Assuntos
Grupo com Ancestrais do Continente Africano/psicologia , Nativos Estadunidenses/psicologia , Grupo com Ancestrais do Continente Asiático/psicologia , Hispano-Americanos/psicologia , Narração , Adulto , Grupo com Ancestrais do Continente Africano/etnologia , Grupo com Ancestrais do Continente Africano/estatística & dados numéricos , Idoso , Nativos Estadunidenses/etnologia , Nativos Estadunidenses/estatística & dados numéricos , Grupo com Ancestrais do Continente Asiático/etnologia , Grupo com Ancestrais do Continente Asiático/estatística & dados numéricos , Feminino , Hispano-Americanos/estatística & dados numéricos , Humanos , Masculino , Pessoa de Meia-Idade , Assistência Centrada no Paciente/métodos , Pesquisa Qualitativa
19.
Med Health Care Philos ; 23(4): 611-620, 2020 Dec.
Artigo em Inglês | MEDLINE | ID: mdl-32857245

RESUMO

One of the major concerns of advocates of common morality is that respect for cultural diversity may result in moral relativism. On their part, proponents of culturally responsive bioethics are concerned that common morality may result in moral imperialism because of the asymmetry of power in the world. It is in this context that critics argue that global bioethics is impossible because of the difficulties to address these two theoretical concerns. In this paper, I argue that global bioethics is possible if we adopt a culturally responsive and self-critical attitude towards our moral values and those of others. I use the example of women's reproductive autonomy in indigenous African culture to show that the difference between the leading Euro-American and indigenous African construal of autonomy is that the former ascribes greater weight on individual self-determination while the latter emphasizes responsibilities towards the community. One develops dignity in virtue of their capacity for communing with others. Hence, women have rights, but as members of the community, they also have obligations including the duty to procreate. The involvement of the family in reproductive decisions does not contravene women's dignity and human rights. In applying the principle of autonomy in this communitarian context, one has to be sensitive to these ontological and moral specificities. The aim of global bioethics should not be to reach common grounds at all costs; any common norms should be the result of a negotiated democratic dialogue between cultures and not the result of imposition by the preponderant culture(s).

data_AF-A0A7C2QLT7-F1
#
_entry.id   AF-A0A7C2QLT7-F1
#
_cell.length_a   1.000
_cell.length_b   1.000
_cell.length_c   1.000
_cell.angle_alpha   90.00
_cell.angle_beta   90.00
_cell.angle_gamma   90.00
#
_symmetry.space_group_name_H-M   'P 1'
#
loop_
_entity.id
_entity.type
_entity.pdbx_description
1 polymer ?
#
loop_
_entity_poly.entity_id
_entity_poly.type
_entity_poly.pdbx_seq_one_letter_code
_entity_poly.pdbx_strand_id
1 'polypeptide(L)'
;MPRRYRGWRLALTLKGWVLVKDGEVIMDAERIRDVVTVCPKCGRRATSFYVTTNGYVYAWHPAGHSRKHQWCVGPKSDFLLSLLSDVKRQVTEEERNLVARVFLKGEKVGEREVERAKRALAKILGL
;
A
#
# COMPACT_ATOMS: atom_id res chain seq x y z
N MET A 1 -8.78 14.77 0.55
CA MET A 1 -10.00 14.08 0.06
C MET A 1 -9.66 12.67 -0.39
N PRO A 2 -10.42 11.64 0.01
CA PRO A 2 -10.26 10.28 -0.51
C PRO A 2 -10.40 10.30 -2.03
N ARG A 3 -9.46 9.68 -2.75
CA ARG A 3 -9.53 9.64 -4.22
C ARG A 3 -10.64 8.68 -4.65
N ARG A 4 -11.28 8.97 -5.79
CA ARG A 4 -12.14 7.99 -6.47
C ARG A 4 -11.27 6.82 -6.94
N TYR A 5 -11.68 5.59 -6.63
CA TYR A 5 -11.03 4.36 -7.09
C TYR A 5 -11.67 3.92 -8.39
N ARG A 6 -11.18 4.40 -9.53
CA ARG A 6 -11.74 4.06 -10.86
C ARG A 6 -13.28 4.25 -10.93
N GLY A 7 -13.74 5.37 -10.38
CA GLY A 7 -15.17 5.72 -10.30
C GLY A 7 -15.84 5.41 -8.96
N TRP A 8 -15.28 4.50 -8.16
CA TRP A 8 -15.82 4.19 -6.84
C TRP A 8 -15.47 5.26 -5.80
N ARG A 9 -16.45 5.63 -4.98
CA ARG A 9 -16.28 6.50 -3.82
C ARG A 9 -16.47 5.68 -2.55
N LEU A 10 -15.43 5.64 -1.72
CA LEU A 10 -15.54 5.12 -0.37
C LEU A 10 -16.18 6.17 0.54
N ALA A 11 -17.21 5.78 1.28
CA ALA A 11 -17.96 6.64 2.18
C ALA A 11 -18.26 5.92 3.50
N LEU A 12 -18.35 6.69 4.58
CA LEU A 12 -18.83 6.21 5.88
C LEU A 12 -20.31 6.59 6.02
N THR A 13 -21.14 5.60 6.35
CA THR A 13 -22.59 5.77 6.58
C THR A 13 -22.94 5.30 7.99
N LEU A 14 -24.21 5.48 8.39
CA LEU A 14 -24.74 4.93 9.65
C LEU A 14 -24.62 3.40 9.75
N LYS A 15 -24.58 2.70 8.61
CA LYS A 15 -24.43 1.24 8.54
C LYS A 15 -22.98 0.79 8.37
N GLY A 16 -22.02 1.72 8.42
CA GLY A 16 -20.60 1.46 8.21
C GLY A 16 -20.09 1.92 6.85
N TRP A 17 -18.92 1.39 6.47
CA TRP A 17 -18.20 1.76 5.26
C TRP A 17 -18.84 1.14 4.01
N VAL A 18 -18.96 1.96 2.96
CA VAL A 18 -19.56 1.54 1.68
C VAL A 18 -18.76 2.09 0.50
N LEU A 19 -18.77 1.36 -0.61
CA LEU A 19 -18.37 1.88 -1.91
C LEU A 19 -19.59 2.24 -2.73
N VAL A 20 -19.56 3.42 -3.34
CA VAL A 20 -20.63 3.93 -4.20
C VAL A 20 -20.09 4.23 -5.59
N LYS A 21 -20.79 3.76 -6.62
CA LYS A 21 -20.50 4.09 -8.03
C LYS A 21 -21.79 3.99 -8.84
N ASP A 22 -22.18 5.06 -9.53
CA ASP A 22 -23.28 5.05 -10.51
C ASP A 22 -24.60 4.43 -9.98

Assuntos
Bioética , Diversidade Cultural , Relativismo Ético , Internacionalidade , Grupo com Ancestrais do Continente Africano/etnologia , Grupo com Ancestrais do Continente Europeu/etnologia , Direitos Humanos , Humanos , Princípios Morais , Autonomia Pessoal , Filosofia Médica
20.
PLoS One ; 15(7): e0233808, 2020.
Artigo em Inglês | MEDLINE | ID: mdl-32673320

RESUMO

Similarly to other populations across the Americas, Argentinean populations trace back their genetic ancestry into African, European and Native American ancestors, reflecting a complex demographic history with multiple migration and admixture events in pre- and post-colonial times. However, little is known about the sub-continental origins of these three main ancestries. We present new high-throughput genotyping data for 87 admixed individuals across Argentina. This data was combined to previously published data for admixed individuals in the region and then compared to different reference panels specifically built to perform population structure analyses at a sub-continental level. Concerning the Native American ancestry, we could identify four Native American components segregating in modern Argentinean populations. Three of them are also found in modern South American populations and are specifically represented in Central Andes, Central Chile/Patagonia, and Subtropical and Tropical Forests geographic areas. The fourth component might be specific to the Central Western region of Argentina, and it is not well represented in any genomic data from the literature. As for the European and African ancestries, we confirmed previous results about origins from Southern Europe, Western and Central Western Africa, and we provide evidences for the presence of Northern European and Eastern African ancestries.


Assuntos
Grupo com Ancestrais do Continente Africano/genética , Grupo com Ancestrais do Continente Europeu/genética , Genoma Humano , Índios Sul-Americanos/genética , Casamento , Linhagem , Grupo com Ancestrais do Continente Africano/etnologia , Argentina , Colonialismo , DNA/genética , Escravização , Grupo com Ancestrais do Continente Europeu/etnologia , Marcadores Genéticos , Variação Genética , Genética Populacional , Genótipo , Migração Humana , Humanos , Índios Sul-Americanos/etnologia , Modelos Genéticos